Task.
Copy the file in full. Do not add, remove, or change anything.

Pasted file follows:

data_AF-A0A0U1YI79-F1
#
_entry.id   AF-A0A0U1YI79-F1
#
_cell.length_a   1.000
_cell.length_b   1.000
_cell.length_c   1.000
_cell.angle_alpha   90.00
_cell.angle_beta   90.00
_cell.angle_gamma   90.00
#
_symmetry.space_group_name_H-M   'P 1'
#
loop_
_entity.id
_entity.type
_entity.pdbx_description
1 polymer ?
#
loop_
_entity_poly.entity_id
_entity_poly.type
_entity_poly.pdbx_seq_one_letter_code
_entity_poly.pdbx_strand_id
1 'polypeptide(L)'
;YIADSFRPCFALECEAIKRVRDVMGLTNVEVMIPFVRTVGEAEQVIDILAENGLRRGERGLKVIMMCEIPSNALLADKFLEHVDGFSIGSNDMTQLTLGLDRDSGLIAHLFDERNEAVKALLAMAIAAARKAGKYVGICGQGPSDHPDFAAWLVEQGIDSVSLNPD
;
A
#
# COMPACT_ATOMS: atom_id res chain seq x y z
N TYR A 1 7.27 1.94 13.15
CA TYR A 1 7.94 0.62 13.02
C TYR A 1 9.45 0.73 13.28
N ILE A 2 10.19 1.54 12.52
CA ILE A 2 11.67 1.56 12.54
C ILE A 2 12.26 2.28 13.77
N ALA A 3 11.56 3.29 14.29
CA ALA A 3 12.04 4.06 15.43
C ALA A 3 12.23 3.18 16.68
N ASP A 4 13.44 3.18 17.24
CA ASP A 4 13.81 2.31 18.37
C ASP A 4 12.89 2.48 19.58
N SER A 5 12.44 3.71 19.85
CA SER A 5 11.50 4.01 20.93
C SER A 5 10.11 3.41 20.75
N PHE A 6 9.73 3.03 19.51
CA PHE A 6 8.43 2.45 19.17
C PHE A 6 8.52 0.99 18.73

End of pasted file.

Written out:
data_AF-A0A0U1YI79-F1
#
_entry.id   AF-A0A0U1YI79-F1
#
_cell.length_a   1.000
_cell.length_b   1.000
_cell.length_c   1.000
_cell.angle_alpha   90.00
_cell.angle_beta   90.00
_cell.angle_gamma   90.00
#
_symmetry.space_group_name_H-M   'P 1'
#
loop_
_entity.id
_entity.type
_entity.pdbx_description
1 polymer ?
#
loop_
_entity_poly.entity_id
_entity_poly.type
_entity_poly.pdbx_seq_one_letter_code
_entity_poly.pdbx_strand_id
1 'polypeptide(L)'
;YIADSFRPCFALECEAIKRVRDVMGLTNVEVMIPFVRTVGEAEQVIDILAENGLRRGERGLKVIMMCEIPSNALLADKFLEHVDGFSIGSNDMTQLTLGLDRDSGLIAHLFDERNEAVKALLAMAIAAARKAGKYVGICGQGPSDHPDFAAWLVEQGIDSVSLNPD
;
A
#
# COMPACT_ATOMS: atom_id res chain seq x y z
N TYR A 1 7.27 1.94 13.15
CA TYR A 1 7.94 0.62 13.02
C TYR A 1 9.45 0.73 13.28
N ILE A 2 10.19 1.54 12.52
CA ILE A 2 11.67 1.56 12.54
C ILE A 2 12.26 2.28 13.77
N ALA A 3 11.56 3.29 14.29
CA ALA A 3 12.04 4.06 15.43
C ALA A 3 12.23 3.18 16.68
N ASP A 4 13.44 3.18 17.24
CA ASP A 4 13.81 2.31 18.37
C ASP A 4 12.89 2.48 19.58
N SER A 5 12.44 3.71 19.85
CA SER A 5 11.50 4.01 20.93
C SER A 5 10.11 3.41 20.75
N PHE A 6 9.73 3.03 19.51
CA PHE A 6 8.43 2.45 19.17
C PHE A 6 8.52 0.99 18.73